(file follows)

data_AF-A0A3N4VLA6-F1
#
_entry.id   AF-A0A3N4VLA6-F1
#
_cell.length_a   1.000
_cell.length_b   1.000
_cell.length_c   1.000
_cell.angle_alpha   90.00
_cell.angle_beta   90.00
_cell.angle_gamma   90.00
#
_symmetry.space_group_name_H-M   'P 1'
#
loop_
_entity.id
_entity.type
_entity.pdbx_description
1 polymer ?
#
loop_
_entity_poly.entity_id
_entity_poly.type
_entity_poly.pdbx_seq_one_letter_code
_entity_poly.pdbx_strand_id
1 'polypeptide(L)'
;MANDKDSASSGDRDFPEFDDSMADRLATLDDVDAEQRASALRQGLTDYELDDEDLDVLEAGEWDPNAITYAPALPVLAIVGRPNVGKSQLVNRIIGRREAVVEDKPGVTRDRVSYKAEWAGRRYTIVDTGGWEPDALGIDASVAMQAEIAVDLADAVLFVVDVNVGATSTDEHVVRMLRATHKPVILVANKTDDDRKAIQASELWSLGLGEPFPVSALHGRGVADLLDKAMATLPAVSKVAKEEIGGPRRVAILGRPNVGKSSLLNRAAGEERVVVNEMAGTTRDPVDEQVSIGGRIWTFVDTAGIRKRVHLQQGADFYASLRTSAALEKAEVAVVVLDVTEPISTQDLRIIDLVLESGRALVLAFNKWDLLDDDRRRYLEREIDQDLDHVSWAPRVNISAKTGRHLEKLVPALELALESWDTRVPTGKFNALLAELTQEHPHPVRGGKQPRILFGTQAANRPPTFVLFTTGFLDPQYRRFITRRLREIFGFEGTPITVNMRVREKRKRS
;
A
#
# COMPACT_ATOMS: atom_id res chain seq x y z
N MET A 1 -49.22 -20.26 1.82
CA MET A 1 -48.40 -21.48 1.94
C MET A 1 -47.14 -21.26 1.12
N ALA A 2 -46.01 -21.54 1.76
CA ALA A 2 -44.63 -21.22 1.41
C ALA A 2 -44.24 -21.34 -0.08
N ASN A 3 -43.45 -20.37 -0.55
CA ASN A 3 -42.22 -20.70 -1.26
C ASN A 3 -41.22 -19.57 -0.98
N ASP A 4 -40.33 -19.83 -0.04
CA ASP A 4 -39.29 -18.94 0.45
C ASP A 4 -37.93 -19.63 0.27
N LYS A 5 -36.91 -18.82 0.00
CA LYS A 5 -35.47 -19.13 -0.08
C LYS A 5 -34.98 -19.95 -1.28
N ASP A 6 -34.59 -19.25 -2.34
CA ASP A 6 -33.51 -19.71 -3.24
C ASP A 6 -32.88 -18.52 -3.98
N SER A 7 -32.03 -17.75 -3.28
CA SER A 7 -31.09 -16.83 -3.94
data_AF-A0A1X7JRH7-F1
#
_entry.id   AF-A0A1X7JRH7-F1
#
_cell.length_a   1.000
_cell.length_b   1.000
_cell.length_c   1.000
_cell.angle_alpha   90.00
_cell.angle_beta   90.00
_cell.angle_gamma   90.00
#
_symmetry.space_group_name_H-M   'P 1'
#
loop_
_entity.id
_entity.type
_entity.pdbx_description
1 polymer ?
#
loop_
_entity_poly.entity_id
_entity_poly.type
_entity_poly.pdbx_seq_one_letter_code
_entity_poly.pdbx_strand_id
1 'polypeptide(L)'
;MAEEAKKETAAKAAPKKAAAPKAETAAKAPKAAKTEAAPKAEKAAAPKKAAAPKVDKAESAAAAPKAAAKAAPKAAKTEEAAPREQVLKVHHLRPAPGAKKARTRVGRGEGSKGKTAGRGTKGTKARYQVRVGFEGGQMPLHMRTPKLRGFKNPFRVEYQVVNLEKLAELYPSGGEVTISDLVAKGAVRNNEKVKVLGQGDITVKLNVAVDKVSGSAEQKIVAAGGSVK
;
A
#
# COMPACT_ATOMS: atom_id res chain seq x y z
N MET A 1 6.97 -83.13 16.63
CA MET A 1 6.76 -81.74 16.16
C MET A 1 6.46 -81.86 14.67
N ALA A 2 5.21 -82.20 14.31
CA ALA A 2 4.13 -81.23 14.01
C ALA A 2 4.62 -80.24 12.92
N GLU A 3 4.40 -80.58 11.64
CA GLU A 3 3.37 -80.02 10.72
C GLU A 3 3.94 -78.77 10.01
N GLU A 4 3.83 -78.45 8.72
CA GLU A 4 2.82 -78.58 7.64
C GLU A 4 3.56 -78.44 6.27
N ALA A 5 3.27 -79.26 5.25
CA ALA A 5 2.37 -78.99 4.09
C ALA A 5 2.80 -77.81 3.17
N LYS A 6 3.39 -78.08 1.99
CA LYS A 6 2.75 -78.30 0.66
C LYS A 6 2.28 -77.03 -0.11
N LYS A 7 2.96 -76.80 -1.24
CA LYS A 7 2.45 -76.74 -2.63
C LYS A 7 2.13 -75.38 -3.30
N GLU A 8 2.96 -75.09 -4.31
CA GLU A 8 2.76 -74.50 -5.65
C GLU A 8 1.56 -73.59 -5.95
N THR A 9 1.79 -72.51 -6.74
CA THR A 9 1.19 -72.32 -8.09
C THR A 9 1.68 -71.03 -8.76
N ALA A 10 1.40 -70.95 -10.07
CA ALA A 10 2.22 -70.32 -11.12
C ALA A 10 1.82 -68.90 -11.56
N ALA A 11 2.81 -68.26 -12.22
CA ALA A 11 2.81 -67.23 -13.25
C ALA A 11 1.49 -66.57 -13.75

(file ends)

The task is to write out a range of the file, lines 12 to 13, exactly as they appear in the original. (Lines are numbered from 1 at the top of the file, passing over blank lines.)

_symmetry.space_group_name_H-M   'P 1'
#